“It’s hard to beat Eddie Garcia’s tragicomic turn in Bwakaw.” – Rito Asilo

  1. Joel Torre, On the Job (2013)

2 Joel OTJ

Character:  Mario Maghari aka Tatang, a prisoner hired as an assassin

“It is in Torre’s crackerjack portrayal that the film finds its soul—he is ruthless one minute and vulnerable the next, and he juggles those emotions with audacious believability. Watch how the 52-year-old actor knocks his final scene with Anderson out of the thespic ballpark—as they forge their friendship with a shocking gesture of sacrifice!” – Rito Asilo

“Torre schools younger, studlier co-stars in acting by showing that you don’t have to look the part of an action star to deliver a knockout performance – you only have to fully inhabit the character and make sure that you’re playing not just a role but a whole, complex human being. Viewers saw that in Torre’s morally hollow Tatang yet fully understood him nonetheless.” – SCL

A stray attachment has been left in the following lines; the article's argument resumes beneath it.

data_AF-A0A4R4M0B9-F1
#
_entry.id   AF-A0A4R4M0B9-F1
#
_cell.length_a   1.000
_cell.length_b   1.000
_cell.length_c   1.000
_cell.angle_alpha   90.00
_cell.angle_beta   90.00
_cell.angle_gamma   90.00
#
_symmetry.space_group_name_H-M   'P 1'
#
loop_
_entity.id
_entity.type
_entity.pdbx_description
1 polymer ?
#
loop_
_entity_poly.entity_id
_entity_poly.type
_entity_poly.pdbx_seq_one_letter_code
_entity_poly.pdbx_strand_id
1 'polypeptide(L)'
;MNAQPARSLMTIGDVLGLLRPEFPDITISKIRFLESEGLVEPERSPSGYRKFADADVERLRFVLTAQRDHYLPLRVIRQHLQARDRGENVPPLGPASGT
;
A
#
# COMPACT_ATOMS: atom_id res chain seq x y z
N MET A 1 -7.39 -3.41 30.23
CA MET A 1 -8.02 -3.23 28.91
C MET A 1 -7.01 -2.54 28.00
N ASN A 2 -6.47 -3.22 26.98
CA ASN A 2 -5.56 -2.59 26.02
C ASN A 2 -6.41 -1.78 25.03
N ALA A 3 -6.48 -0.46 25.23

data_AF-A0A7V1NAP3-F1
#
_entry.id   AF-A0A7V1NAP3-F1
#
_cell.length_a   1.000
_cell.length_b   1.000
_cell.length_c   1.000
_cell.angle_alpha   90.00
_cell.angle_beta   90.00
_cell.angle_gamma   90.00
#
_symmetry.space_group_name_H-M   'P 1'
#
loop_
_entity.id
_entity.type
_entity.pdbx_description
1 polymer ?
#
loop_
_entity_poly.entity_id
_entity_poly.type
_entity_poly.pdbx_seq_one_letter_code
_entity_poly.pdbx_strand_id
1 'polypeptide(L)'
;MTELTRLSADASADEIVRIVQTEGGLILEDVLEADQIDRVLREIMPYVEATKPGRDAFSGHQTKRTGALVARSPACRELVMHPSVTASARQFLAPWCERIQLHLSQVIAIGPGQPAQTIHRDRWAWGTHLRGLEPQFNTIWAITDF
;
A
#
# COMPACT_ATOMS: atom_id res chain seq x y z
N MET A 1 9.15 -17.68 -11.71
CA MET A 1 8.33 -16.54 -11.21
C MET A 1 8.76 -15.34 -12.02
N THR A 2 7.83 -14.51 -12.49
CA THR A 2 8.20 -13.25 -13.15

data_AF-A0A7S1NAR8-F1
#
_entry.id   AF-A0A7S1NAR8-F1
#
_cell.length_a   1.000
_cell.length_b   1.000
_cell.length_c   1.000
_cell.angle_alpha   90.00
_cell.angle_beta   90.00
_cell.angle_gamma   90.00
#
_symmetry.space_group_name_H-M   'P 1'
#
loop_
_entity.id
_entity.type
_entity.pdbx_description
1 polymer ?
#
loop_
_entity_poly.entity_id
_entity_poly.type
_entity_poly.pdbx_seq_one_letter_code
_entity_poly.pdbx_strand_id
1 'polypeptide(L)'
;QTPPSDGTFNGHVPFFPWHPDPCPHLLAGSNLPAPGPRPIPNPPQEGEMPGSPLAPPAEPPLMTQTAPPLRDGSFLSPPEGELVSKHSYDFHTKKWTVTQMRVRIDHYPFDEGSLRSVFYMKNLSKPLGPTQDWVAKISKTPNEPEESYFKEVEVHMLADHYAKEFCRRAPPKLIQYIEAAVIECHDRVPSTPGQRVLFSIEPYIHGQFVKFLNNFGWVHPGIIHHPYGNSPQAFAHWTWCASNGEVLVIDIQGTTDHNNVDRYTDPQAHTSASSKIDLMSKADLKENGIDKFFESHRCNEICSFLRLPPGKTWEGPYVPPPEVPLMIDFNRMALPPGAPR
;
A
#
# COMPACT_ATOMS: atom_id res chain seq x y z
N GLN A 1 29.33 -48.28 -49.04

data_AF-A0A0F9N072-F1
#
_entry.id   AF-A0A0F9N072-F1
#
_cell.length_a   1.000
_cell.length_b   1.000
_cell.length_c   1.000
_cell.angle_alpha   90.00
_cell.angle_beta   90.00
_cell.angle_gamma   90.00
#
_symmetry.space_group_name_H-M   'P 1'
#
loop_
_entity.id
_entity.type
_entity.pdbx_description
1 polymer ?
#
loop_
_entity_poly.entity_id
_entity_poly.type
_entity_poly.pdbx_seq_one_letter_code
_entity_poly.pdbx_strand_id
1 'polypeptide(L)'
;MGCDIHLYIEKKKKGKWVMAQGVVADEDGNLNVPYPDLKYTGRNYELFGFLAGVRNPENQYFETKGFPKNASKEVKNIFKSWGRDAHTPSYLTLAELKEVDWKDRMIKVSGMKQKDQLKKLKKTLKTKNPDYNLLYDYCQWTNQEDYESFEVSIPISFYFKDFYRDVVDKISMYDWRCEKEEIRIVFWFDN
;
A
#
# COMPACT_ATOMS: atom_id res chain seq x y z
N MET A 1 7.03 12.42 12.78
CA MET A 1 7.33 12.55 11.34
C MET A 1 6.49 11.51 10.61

1. Nora Aunor, Thy Womb (2012)

1 NoraThy-Womb

Character: Shaleha, a Badjao midwife who helps her husband search for a second wife

“Aunor’s silent but intensely immersive portrayal. Nora will break your heart as her world-weary face lights up at the film’s final fade. Like the movie itself, Shaleha doesn’t know the fate that awaits her after she delivers Mersila’s baby, but the evocative eyes of the legendary actress who portrays her do!” – Rito Asilo

“Much has been said about Aunor’s eyes that speak volumes, and director Brillante Mendoza utilizes them to the hilt with numerous close-ups. But more than the eyes, it’s Aunor’s body language here that makes her performance captivating. She has fully inhabited the role of a barren midwife and completely understood the verité style favored by Mendoza that you don’t see her act. It’s as if every line she says is something she herself, not the scriptwriter, has thought of. For a movie legend to completely disappear in a role is such a daunting task, but Aunor makes it look so damn easy.” – SCL

“La Aunor succeeded as she gracefully disappeared into her character without much vocal calisthenics or excessive physical artifice.” – Cathy Peña

*

INDIVIDUAL BALLOTS

PART 1: Nos. 100 to 81

PART 2: Nos. 80 to 61

PART 3: Nos. 60 to 41

PART 4: Nos. 40 to 21

PART 5: Nos. 20 to 11